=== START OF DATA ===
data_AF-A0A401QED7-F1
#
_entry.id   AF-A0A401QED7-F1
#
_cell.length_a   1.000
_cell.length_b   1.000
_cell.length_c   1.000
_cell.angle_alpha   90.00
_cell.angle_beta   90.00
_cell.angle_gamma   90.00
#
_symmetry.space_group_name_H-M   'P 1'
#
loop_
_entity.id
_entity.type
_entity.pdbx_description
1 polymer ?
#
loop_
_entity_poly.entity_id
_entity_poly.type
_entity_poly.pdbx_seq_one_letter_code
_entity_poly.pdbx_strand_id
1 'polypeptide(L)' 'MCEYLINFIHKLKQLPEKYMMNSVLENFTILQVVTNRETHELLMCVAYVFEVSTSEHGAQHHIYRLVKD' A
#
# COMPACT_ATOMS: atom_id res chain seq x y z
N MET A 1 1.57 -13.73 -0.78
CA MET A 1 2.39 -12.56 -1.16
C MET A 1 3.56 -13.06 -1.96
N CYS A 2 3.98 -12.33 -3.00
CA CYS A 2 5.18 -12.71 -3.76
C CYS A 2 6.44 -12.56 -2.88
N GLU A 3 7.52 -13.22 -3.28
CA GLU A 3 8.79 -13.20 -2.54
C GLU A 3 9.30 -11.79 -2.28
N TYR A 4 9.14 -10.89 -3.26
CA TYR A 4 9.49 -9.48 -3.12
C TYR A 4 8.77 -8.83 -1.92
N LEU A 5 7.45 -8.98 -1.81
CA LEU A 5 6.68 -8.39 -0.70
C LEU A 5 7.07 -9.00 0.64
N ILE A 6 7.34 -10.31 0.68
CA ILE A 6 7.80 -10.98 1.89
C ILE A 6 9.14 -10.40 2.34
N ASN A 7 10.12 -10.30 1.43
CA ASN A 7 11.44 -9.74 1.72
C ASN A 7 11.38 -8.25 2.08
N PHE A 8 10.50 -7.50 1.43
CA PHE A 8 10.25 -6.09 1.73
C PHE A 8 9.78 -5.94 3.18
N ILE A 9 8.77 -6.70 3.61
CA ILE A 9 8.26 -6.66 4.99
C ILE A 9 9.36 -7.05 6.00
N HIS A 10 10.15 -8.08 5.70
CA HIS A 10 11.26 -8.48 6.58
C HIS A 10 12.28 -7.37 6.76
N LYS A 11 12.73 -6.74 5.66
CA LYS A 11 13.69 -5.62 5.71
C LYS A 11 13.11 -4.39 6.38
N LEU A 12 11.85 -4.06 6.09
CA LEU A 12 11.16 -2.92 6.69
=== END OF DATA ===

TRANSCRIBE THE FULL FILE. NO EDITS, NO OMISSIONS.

data_AF-A0A401QED7-F1
#
_entry.id   AF-A0A401QED7-F1
#
_cell.length_a   1.000
_cell.length_b   1.000
_cell.length_c   1.000
_cell.angle_alpha   90.00
_cell.angle_beta   90.00
_cell.angle_gamma   90.00
#
_symmetry.space_group_name_H-M   'P 1'
#
loop_
_entity.id
_entity.type
_entity.pdbx_description
1 polymer ?
#
loop_
_entity_poly.entity_id
_entity_poly.type
_entity_poly.pdbx_seq_one_letter_code
_entity_poly.pdbx_strand_id
1 'polypeptide(L)' 'MCEYLINFIHKLKQLPEKYMMNSVLENFTILQVVTNRETHELLMCVAYVFEVSTSEHGAQHHIYRLVKD' A
#
# COMPACT_ATOMS: atom_id res chain seq x y z
N MET A 1 1.57 -13.73 -0.78
CA MET A 1 2.39 -12.56 -1.16
C MET A 1 3.56 -13.06 -1.96
N CYS A 2 3.98 -12.33 -3.00
CA CYS A 2 5.18 -12.71 -3.76
C CYS A 2 6.44 -12.56 -2.88
N GLU A 3 7.52 -13.22 -3.28
CA GLU A 3 8.79 -13.20 -2.54
C GLU A 3 9.30 -11.79 -2.28
N TYR A 4 9.14 -10.89 -3.26
CA TYR A 4 9.49 -9.48 -3.12
C TYR A 4 8.77 -8.83 -1.92
N LEU A 5 7.45 -8.98 -1.81
CA LEU A 5 6.68 -8.39 -0.70
C LEU A 5 7.07 -9.00 0.64
N ILE A 6 7.34 -10.31 0.68
CA ILE A 6 7.80 -10.98 1.89
C ILE A 6 9.14 -10.40 2.34
N ASN A 7 10.12 -10.30 1.43
CA ASN A 7 11.44 -9.74 1.72
C ASN A 7 11.38 -8.25 2.08
N PHE A 8 10.50 -7.50 1.43
CA PHE A 8 10.25 -6.09 1.73
C PHE A 8 9.78 -5.94 3.18
N ILE A 9 8.77 -6.70 3.61
CA ILE A 9 8.26 -6.66 4.99
C ILE A 9 9.36 -7.05 6.00
N HIS A 10 10.15 -8.08 5.70
CA HIS A 10 11.26 -8.48 6.58
C HIS A 10 12.28 -7.37 6.76
N LYS A 11 12.73 -6.74 5.66
CA LYS A 11 13.69 -5.62 5.71
C LYS A 11 13.11 -4.39 6.38
N LEU A 12 11.85 -4.06 6.09
CA LEU A 12 11.16 -2.92 6.69